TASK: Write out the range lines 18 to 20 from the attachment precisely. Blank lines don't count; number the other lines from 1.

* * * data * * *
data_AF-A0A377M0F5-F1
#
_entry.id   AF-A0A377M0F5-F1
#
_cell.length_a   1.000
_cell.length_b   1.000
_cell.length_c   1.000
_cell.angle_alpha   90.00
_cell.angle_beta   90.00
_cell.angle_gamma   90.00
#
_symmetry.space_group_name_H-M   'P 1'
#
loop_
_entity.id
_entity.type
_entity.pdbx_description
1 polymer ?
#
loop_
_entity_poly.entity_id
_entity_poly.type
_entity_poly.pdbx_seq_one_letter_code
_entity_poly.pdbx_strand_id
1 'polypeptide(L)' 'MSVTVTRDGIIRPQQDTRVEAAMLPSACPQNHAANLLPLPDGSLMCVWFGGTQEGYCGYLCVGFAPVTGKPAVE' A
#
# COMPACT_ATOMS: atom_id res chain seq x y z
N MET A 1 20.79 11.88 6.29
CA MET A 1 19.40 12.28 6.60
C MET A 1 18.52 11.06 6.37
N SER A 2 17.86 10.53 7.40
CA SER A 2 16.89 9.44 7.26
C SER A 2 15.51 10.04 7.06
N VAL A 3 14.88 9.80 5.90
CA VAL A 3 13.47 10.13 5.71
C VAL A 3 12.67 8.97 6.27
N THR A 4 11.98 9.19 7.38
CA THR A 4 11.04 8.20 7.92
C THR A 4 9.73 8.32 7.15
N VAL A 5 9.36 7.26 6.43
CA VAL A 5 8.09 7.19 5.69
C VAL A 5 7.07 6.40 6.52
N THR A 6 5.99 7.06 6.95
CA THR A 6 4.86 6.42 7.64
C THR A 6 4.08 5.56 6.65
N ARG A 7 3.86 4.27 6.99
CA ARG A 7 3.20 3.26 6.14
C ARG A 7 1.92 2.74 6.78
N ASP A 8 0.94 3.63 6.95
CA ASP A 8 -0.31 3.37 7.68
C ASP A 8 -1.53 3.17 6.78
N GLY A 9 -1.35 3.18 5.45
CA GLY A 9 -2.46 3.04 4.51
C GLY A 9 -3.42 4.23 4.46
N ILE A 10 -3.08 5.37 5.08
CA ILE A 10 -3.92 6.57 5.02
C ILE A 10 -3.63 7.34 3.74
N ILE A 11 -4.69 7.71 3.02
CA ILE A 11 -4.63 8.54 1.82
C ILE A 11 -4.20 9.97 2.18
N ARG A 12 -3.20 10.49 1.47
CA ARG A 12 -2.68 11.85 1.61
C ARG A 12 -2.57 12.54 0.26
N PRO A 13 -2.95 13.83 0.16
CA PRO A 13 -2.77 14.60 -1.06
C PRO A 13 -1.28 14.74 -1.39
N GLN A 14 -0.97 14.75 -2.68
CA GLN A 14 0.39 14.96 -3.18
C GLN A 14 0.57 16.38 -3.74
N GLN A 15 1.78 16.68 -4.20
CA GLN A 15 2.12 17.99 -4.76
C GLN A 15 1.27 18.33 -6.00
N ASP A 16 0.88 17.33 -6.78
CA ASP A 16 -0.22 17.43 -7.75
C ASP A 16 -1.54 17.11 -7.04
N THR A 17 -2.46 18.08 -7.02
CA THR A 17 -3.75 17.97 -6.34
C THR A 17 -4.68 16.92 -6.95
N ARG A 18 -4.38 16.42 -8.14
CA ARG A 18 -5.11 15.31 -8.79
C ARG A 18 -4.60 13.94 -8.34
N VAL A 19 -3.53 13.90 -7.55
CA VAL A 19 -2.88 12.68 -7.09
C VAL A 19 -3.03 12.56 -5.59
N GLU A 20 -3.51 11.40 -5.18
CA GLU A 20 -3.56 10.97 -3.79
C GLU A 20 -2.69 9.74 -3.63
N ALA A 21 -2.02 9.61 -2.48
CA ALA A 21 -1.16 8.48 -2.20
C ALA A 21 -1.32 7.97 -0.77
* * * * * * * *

1 polymer ?
#
loop_